Summary and Analysis: Antigone
A messenger announces that Antigone has hanged herself and that Haemon, agonized at her death, has also killed himself. On hearing the news, Eurydice, the queen, retreats into the palace where she, too, kills herself after cursing her husband, Creon. Mourning his wife and son, Creon blames himself for all the tragedy that has occurred and prays that his life will end soon.
The final scene ends not only Antigone, but the entire sequence of tales in the Oedipus Trilogy. After this sad end, with Creon led off in despair, there will be no more possibilities — tragic or otherwise — for the House of Oedipus.
All the tragic events of the episode — Antigone's hanging, Haemon's suicide, the death of the queen — result from Creon's initial determination to ensure the stability of the city by punishing its enemy even after death, and his stubborn insistence on his orders, even when challenged on the grounds of divine law and human decency. Creon's change of heart comes too late to save anyone, but just in time to allow the proud king a last heartbreaking confrontation with his son. In this, fate seems to condemn Creon with particular — perhaps justified — harshness.
Modern readers may wonder why the climactic scene in the tomb is not dramatized on stage. Greek theatrical tradition demanded that scenes of violence be described rather than actually seen. The emphasis of the drama was on poetry and horrifying or shocking action would distract the audience from the power of the words spoken by the actors.
The last scene of Antigone, like the final scene of Oedipus the King, offers the spectacle of a proud, confident, decisive king brought low by fate. In his first appearance in this play, Creon energetically describes his vision of the ideal king to his people, confident that he will grow into the role with experience. Faced with his failure, Creon suffers not only a loss of self-esteem, but a loss of identity itself, as he cries: "I don't even exist — I'm no one. Nothing" (1446).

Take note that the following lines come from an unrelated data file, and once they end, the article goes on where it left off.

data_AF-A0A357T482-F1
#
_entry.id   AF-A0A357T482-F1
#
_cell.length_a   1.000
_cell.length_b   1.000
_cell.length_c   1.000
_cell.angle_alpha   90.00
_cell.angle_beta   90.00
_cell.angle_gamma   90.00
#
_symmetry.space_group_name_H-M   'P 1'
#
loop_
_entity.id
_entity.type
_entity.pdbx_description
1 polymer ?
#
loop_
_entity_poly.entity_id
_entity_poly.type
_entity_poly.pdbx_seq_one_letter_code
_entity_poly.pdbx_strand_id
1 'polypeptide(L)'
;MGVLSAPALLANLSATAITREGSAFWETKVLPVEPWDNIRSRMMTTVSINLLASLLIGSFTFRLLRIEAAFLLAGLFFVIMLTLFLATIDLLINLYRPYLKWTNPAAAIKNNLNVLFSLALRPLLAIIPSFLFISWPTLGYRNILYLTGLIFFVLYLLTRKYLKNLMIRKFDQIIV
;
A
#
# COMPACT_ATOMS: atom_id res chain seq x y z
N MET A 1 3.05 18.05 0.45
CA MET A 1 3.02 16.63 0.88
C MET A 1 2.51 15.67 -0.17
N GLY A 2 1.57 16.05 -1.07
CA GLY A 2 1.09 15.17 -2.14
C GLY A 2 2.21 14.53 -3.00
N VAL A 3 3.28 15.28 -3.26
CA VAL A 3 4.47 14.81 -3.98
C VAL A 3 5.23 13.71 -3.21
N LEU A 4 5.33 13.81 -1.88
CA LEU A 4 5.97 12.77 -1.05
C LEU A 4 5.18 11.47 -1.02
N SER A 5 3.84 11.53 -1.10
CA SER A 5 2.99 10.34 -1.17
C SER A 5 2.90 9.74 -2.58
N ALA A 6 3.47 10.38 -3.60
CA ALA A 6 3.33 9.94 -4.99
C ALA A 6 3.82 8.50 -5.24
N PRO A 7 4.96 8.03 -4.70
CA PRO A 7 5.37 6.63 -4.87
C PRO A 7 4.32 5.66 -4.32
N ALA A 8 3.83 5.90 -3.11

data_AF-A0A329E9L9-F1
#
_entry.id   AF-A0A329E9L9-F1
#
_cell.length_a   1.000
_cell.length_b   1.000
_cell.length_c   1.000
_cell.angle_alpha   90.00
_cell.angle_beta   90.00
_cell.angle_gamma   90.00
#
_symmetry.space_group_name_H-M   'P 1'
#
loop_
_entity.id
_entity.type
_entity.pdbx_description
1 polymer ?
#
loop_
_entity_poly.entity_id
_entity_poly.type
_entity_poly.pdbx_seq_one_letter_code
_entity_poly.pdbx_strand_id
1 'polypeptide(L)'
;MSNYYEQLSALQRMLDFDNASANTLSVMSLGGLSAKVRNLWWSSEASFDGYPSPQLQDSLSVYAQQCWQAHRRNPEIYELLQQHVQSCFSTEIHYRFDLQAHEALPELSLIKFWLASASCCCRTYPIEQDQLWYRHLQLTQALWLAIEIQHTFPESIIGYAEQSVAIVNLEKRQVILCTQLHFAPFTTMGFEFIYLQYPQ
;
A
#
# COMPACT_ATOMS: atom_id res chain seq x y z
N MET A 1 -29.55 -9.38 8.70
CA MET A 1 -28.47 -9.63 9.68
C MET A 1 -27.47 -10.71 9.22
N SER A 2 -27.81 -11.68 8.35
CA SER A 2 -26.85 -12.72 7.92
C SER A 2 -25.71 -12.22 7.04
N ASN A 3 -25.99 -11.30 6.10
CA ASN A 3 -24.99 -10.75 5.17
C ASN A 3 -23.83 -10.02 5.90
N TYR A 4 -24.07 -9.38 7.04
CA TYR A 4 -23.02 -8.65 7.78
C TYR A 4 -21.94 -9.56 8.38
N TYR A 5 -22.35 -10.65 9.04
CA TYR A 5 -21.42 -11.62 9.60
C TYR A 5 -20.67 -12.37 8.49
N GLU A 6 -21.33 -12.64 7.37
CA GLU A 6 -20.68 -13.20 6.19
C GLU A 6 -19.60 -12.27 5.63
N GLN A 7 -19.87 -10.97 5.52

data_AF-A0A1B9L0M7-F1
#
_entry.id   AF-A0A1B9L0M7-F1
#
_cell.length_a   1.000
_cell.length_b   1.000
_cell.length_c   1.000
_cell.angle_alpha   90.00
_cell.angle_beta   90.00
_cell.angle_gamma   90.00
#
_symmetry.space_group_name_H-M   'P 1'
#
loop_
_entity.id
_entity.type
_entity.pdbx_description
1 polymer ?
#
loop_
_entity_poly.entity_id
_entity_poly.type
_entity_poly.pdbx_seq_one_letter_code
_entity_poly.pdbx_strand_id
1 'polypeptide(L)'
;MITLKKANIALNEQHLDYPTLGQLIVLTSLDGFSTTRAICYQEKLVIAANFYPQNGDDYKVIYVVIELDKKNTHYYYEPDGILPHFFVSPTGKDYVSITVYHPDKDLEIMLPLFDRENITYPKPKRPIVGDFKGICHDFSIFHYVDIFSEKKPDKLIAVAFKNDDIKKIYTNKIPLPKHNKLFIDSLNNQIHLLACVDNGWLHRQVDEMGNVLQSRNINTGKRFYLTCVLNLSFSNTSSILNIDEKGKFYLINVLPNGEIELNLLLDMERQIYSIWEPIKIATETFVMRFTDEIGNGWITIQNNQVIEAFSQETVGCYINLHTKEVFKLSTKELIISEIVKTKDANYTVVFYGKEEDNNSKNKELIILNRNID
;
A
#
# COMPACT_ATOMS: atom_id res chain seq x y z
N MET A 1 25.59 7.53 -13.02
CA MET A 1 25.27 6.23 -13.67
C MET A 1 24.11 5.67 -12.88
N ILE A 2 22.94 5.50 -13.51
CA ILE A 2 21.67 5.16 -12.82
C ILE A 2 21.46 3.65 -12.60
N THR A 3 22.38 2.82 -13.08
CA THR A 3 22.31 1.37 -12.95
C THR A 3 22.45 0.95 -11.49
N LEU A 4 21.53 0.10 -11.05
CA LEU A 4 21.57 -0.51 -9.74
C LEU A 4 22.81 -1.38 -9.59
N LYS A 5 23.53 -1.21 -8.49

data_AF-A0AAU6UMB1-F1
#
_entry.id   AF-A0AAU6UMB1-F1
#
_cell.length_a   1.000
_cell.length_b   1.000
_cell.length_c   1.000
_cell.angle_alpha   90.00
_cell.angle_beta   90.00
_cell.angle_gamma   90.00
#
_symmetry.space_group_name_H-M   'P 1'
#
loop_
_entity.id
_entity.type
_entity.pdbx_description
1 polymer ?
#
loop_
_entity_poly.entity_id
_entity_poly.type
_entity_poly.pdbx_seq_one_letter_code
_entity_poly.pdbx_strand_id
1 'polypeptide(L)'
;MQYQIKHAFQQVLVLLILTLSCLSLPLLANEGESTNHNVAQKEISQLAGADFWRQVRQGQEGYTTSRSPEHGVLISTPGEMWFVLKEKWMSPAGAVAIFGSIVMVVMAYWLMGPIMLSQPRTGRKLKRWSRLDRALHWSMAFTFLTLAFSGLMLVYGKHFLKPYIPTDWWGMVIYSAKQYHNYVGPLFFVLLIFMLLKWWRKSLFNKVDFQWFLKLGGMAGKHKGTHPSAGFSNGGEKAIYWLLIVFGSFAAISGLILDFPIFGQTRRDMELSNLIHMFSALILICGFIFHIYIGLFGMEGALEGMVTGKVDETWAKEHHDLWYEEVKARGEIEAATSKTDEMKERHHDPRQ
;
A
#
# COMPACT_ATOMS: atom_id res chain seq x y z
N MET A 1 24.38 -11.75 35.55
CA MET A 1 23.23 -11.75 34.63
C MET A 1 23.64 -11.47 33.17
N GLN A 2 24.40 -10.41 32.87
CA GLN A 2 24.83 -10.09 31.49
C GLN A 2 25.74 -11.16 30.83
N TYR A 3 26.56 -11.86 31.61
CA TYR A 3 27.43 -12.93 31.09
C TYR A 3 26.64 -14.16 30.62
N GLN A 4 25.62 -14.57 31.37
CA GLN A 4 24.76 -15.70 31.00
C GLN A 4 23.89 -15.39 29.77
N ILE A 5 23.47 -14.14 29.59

Note that in contrast to the philosophical tone of the last lines of Oedipus the King and Oedipus at Colonus, the chorus in Antigone chants a cold, judgmental pronouncement on the tragedy. Rather than offering comfort or wondering in awe at the power of fate, the chorus here implies that Creon gets what he deserves, in a kind of direct divine retribution. The only solace, it seems, is the wisdom the observers can gain in watching the destruction of the proud.
Cadmus a Phoenician prince and founder of Thebes; he kills a dragon and sows its teeth, from which many armed men rise, fighting each other, until only five are left to help him build the city.
Hecate a goddess of the moon, earth, and underground realm of the dead, later regarded as the goddess of sorcery and witchcraft.
Pluto the god ruling over the lower world.
Megareus son of Creon and Eurydice. He was killed defending Thebes during the attack of the Seven.